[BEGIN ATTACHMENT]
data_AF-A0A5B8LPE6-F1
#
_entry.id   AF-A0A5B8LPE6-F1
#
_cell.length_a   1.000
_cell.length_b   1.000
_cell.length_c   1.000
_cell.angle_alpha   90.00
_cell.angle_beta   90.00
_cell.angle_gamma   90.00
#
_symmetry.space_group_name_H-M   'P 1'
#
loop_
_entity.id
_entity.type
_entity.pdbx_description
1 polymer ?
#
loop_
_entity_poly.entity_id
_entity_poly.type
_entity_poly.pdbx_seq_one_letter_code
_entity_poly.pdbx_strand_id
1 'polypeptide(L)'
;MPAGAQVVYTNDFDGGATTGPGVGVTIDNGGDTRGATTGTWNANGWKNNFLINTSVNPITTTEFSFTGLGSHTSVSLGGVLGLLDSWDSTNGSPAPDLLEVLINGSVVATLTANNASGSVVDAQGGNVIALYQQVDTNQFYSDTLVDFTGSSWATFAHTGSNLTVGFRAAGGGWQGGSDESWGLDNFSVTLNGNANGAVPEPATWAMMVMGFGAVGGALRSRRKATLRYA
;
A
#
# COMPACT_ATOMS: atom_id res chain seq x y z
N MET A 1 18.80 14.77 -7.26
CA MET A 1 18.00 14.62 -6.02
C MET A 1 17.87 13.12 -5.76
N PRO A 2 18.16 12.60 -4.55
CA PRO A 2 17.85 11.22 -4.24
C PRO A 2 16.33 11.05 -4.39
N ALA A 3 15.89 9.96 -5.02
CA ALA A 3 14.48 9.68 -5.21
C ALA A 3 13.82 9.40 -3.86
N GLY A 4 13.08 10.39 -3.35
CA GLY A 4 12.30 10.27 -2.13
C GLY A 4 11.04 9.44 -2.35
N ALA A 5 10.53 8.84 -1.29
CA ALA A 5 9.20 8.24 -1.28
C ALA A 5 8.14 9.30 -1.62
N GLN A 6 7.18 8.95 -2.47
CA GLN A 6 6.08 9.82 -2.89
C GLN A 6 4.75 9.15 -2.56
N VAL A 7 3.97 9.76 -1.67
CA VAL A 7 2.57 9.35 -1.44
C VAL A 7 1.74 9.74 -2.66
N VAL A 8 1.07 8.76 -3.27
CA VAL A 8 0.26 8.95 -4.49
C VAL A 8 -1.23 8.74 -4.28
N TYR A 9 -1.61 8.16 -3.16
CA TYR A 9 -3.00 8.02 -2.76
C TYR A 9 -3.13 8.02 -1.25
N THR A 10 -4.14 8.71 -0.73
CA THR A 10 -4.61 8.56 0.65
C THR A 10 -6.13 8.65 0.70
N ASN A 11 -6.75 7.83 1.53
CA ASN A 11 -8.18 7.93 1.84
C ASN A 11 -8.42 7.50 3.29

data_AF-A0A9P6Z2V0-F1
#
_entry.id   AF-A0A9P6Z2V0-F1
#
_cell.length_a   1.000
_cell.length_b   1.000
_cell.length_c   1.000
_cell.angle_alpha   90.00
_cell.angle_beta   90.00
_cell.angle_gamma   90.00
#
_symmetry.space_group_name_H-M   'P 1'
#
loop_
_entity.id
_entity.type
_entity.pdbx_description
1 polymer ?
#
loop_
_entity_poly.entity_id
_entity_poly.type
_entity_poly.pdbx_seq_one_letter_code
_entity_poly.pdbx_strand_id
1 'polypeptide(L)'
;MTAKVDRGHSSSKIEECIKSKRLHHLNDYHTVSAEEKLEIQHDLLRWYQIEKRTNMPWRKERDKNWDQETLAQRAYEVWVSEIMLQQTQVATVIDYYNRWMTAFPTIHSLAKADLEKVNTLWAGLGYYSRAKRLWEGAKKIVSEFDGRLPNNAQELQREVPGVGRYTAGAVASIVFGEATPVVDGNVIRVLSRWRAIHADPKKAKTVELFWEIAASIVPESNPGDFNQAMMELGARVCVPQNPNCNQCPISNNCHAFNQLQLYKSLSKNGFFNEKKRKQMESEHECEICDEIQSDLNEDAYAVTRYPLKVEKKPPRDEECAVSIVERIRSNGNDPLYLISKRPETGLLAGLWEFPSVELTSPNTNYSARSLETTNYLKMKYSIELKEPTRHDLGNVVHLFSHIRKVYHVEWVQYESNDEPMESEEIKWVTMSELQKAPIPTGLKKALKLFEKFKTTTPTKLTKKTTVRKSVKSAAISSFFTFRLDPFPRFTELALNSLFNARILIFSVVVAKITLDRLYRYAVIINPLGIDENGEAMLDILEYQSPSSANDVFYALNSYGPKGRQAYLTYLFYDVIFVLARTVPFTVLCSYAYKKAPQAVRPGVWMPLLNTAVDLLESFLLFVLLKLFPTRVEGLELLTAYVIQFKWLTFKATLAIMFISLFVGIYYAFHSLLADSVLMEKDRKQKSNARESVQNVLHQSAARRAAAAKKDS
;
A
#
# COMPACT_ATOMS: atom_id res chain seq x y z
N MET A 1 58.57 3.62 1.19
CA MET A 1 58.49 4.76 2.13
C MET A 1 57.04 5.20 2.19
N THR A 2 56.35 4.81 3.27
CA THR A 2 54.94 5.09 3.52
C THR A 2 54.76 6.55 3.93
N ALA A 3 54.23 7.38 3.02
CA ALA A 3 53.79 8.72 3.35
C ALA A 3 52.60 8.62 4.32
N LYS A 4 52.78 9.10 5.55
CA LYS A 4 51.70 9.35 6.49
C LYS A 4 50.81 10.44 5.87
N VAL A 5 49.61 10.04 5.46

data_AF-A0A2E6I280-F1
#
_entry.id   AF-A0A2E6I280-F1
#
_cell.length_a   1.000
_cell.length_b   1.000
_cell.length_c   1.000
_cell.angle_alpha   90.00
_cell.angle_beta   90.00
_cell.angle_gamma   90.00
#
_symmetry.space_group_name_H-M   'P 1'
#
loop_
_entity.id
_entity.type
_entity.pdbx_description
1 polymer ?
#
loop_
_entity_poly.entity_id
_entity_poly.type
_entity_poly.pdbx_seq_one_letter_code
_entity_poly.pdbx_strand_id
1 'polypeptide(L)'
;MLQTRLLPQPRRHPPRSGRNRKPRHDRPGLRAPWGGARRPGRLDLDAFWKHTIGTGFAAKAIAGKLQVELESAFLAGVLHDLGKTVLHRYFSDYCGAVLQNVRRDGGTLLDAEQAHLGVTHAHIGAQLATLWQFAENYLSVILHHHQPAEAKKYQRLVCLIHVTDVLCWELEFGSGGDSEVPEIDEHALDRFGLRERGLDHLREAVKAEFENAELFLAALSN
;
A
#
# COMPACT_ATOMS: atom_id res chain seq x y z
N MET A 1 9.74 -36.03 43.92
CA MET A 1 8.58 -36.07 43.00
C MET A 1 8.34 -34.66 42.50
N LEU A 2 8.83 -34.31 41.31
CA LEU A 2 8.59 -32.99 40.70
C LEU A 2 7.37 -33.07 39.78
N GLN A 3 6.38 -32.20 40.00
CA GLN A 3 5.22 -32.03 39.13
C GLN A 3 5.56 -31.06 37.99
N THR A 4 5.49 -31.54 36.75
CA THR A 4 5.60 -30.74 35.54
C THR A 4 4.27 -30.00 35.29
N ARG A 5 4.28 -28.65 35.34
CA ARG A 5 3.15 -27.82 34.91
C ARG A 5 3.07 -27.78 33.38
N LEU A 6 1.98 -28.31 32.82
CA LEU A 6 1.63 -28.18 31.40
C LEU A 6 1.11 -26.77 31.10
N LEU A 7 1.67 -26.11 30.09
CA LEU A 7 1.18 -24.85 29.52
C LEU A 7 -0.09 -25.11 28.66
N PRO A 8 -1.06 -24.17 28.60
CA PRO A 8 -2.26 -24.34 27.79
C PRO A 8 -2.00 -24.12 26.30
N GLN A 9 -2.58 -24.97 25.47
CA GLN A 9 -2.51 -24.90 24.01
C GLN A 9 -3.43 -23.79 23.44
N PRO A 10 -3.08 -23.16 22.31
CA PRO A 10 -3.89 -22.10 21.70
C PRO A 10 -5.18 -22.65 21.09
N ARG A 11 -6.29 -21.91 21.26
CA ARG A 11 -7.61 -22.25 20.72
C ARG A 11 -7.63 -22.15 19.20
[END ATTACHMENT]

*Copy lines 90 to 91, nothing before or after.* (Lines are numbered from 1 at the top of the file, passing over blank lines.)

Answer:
;
A